Excesses in high-profile biomedical research are regrettably not new. The history of the gene therapy field provides one perspective. Soon after cloning of mammalian genes first became possible, expectations were raised that gene therapy might be used to treat serious genetic disorders, such as hemoglobin diseases, cystic fibrosis, and cancer among others. After a flurry of initial clinical experiments in gene therapy that led to unsubstantiated claims or lack of objective findings, a panel was convened by the NIH Director Harold Varmus in 1995 to assess the state of the field (1). This group described a field in which research findings were oversold, expectations were raised beyond what was reasonable at the time, and scientific rigor was relaxed in the enthusiasm to rush ahead.

If gene therapy and stem cell fields have elements in common, what does recent history suggest for the future? Since 1995, progress in gene therapy has been episodic, yet clearly on a positive trajectory. In an elegant study reported in 2000, Fischer and his colleagues provided evidence for successful gene therapy of X-linked combined immunodeficiency (2). Reconstitution of the immune system was sustained. However, a significant setback was encountered by 2003. Several patients developed leukemia due to insertion of the gene therapy vector in an oncogenic locus, a complication that was anticipated as a rare “side effect” but may be addressable with improved vectors. Fortunately, chemotherapy induced remission in these patients. So, while there are potential serious adverse events associated with gene therapy, they need to be weighed against the lethality of the original condition and the capacity to manage the side effects of therapy. Although progress in the clinical arena hasn't matched what was hoped for in the early 1990s, conclusive evidence of efficacy and success has emerged 10 years later.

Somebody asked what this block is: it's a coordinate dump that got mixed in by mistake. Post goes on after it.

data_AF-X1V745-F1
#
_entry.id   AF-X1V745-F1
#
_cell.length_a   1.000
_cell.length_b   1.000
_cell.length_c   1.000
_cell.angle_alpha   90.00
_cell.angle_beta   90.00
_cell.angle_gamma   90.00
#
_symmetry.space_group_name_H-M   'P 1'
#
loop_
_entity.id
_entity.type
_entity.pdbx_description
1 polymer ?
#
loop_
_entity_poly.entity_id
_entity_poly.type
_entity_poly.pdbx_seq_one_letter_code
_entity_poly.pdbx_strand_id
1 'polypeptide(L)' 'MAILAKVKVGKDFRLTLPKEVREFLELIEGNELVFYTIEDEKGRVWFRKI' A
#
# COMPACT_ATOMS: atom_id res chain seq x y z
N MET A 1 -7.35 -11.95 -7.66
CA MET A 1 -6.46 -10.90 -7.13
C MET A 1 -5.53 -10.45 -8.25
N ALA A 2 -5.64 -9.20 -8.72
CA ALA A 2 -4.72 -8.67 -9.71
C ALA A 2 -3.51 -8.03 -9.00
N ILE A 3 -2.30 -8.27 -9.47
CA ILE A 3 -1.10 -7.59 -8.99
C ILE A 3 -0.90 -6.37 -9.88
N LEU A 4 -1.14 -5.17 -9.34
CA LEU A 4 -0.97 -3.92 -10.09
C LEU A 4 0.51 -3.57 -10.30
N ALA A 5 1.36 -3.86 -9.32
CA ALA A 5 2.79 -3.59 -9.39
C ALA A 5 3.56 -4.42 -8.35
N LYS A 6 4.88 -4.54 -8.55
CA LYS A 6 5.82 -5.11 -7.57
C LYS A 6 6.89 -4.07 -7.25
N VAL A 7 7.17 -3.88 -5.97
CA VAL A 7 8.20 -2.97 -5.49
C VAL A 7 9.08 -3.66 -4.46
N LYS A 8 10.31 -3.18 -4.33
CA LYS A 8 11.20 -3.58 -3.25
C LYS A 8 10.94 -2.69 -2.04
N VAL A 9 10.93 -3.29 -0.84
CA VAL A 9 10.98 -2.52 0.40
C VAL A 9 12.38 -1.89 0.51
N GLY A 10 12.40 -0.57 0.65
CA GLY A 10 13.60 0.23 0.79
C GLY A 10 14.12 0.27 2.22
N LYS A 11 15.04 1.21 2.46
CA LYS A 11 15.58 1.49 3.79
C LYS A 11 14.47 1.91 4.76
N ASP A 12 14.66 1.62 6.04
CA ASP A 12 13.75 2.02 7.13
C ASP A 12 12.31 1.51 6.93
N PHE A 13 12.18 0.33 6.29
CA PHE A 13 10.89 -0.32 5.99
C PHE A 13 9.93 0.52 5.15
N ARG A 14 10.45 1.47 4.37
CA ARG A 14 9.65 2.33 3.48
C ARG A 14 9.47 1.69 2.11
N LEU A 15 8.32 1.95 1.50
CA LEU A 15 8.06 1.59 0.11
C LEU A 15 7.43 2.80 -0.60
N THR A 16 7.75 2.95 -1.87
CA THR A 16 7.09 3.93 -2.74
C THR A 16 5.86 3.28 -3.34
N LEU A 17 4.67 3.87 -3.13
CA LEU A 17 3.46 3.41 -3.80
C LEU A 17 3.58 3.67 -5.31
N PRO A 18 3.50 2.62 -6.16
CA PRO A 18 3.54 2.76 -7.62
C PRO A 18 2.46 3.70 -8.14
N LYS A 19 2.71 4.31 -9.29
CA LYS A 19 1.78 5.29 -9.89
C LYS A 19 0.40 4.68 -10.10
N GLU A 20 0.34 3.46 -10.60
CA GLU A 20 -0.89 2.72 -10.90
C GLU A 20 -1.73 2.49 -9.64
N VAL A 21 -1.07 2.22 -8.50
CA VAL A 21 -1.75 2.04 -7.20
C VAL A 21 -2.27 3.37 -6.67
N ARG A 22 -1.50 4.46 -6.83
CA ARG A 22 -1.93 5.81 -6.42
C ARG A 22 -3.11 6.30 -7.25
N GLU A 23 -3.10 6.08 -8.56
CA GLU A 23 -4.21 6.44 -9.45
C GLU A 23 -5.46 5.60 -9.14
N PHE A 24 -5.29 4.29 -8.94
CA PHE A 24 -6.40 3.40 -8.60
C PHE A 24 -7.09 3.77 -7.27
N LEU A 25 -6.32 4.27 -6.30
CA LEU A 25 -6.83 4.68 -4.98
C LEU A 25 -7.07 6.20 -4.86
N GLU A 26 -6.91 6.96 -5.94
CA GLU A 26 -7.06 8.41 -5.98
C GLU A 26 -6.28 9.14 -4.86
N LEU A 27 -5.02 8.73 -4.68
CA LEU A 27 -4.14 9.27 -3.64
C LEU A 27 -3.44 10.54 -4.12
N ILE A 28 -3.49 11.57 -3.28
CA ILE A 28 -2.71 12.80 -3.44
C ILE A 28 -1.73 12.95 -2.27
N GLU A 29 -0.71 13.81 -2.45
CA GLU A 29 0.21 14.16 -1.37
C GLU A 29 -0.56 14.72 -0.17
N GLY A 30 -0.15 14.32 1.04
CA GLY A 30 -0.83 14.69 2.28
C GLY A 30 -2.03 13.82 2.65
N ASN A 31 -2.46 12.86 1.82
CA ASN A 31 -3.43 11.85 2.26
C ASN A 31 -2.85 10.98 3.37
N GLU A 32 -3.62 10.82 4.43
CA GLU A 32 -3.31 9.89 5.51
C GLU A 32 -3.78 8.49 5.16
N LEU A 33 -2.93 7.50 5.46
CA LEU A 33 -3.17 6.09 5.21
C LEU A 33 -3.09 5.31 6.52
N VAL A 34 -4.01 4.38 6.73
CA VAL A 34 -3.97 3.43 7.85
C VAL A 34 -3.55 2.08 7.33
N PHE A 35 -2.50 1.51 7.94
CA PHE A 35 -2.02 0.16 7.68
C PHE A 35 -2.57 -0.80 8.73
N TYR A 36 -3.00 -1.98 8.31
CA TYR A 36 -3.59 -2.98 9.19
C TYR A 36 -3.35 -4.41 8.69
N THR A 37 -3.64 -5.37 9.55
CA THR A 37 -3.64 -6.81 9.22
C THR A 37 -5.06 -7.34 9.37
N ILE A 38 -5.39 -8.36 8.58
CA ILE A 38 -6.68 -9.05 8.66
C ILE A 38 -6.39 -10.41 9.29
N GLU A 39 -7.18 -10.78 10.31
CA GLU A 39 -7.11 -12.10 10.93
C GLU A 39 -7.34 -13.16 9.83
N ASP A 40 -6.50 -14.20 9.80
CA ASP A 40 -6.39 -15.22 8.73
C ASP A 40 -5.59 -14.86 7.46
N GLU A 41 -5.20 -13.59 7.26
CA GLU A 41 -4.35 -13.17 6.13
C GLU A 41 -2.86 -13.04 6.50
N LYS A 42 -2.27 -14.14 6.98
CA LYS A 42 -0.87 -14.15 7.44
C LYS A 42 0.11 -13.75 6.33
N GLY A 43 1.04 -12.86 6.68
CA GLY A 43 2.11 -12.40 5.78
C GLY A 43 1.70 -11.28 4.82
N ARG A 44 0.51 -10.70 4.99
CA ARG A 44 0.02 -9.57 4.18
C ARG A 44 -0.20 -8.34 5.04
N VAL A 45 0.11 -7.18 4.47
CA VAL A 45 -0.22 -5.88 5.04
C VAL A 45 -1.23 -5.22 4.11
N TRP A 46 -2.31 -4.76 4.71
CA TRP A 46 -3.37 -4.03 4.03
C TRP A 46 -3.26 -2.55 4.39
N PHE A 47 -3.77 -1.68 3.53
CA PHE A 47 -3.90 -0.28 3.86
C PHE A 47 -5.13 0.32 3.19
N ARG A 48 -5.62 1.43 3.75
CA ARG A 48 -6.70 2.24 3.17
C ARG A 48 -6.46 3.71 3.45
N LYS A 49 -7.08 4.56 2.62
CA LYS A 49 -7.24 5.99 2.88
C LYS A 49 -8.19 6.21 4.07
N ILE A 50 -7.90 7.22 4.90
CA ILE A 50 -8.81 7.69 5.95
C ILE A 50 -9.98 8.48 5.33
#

Except for the use of bone marrow transplantation for the treatment of primary hematological conditions, the stem cell field (as related to treatment of human disease) is in its infancy, perhaps similar to the status of gene therapy nearly 20 years ago. Although we may despair of the recent events unfolding in South Korea, we should take solace from the confidence that strict adherence to scientific rigor and reason will ultimately prevail and permit realization of the potential of stem cells to ameliorate the suffering of patients with life-threatening diseases.

It is appropriate that science should lead the way in recounting exposure of the fraudulent claims of W. S. Hwang et al. that they developed 11 patient-specific cell lines by somatic cell nuclear transfer (SCNT) (D. Kennedy, “Editorial retraction,” Letters, 20 Jan., p. 335).